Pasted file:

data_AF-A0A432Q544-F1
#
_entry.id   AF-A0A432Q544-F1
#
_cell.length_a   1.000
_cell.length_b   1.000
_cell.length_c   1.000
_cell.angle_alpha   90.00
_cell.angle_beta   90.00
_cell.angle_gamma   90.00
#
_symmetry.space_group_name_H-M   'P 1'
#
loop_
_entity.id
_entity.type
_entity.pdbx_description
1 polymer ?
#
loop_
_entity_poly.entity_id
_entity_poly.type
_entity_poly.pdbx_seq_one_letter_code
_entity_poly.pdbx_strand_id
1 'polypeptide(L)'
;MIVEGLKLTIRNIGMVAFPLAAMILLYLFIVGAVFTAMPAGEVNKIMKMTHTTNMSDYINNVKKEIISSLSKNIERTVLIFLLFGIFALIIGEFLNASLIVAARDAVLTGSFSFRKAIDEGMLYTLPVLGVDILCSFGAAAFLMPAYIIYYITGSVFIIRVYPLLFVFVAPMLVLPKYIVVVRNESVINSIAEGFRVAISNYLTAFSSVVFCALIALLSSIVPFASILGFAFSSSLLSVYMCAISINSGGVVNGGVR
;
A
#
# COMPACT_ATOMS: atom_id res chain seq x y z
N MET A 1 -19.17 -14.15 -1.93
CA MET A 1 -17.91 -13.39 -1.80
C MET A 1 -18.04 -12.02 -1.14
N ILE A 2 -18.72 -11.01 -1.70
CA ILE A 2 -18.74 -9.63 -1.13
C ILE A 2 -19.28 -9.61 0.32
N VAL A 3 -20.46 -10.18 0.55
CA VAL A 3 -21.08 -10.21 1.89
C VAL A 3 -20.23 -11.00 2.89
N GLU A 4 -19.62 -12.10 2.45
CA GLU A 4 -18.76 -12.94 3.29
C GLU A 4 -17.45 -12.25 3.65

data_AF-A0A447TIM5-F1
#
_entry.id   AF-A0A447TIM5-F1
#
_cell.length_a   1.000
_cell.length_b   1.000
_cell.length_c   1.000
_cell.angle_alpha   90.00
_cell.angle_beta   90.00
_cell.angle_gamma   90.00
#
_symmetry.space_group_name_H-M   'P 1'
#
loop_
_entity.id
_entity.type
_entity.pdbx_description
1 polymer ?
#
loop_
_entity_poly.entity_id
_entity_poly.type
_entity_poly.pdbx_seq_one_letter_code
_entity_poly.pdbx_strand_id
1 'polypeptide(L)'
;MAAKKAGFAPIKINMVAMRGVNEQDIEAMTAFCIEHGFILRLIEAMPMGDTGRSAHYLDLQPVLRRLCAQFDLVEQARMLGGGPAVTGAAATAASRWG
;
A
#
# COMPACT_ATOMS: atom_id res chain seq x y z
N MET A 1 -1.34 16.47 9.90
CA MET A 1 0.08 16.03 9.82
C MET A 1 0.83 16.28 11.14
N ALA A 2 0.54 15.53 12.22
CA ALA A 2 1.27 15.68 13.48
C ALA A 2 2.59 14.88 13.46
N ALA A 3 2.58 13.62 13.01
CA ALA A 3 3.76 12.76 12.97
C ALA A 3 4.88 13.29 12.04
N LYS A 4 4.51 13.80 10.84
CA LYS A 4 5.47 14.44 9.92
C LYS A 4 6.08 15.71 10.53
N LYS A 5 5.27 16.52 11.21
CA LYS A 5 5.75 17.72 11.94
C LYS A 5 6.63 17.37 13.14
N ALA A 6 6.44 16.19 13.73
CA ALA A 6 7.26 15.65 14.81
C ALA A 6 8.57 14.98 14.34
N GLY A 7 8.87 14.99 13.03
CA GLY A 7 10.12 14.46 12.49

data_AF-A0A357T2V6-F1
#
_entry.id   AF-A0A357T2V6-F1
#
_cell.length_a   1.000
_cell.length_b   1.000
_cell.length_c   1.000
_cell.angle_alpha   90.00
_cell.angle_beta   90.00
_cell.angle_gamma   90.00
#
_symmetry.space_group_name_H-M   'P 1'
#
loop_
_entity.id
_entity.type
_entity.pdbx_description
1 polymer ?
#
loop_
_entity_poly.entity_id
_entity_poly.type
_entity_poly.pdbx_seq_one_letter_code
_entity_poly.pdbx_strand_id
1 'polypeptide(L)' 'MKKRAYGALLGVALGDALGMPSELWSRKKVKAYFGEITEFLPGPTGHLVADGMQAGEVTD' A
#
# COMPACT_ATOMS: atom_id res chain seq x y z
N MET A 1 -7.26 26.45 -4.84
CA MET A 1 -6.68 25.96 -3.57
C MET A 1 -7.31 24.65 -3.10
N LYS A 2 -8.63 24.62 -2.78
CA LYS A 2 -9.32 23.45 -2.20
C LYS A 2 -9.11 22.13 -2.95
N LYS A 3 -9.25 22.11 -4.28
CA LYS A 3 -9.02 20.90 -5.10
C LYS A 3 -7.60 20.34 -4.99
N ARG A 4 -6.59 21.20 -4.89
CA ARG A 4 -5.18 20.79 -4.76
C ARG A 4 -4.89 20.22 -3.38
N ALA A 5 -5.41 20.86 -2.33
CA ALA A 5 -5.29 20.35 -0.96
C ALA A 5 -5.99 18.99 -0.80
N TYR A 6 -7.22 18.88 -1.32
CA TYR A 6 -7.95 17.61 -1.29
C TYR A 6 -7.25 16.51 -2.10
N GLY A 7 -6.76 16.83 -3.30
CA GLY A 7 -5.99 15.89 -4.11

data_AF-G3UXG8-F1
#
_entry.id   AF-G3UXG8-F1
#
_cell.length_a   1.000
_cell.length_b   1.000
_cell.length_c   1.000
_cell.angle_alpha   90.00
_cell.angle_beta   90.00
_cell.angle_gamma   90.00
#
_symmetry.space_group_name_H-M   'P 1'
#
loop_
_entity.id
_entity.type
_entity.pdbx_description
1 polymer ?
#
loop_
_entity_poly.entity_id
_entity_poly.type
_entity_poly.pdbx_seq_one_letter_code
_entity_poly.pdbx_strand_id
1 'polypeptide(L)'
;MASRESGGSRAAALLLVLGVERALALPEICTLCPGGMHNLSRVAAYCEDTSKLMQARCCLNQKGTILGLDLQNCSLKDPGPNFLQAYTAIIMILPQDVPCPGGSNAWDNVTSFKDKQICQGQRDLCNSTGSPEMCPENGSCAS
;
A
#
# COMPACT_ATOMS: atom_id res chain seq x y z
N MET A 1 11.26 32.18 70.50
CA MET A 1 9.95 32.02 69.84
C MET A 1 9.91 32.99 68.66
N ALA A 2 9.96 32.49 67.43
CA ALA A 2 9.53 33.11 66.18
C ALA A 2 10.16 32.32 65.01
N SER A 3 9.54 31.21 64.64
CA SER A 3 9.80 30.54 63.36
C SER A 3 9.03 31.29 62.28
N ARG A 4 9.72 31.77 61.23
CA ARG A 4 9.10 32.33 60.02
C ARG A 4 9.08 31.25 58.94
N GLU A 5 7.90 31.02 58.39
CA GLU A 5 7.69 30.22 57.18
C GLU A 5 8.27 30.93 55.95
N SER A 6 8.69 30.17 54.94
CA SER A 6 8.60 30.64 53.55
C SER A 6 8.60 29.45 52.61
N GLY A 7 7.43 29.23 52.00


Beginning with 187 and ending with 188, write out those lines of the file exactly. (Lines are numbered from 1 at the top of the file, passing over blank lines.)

C SER A 6 8.60 29.45 52.61
N GLY A 7 7.43 29.23 52.00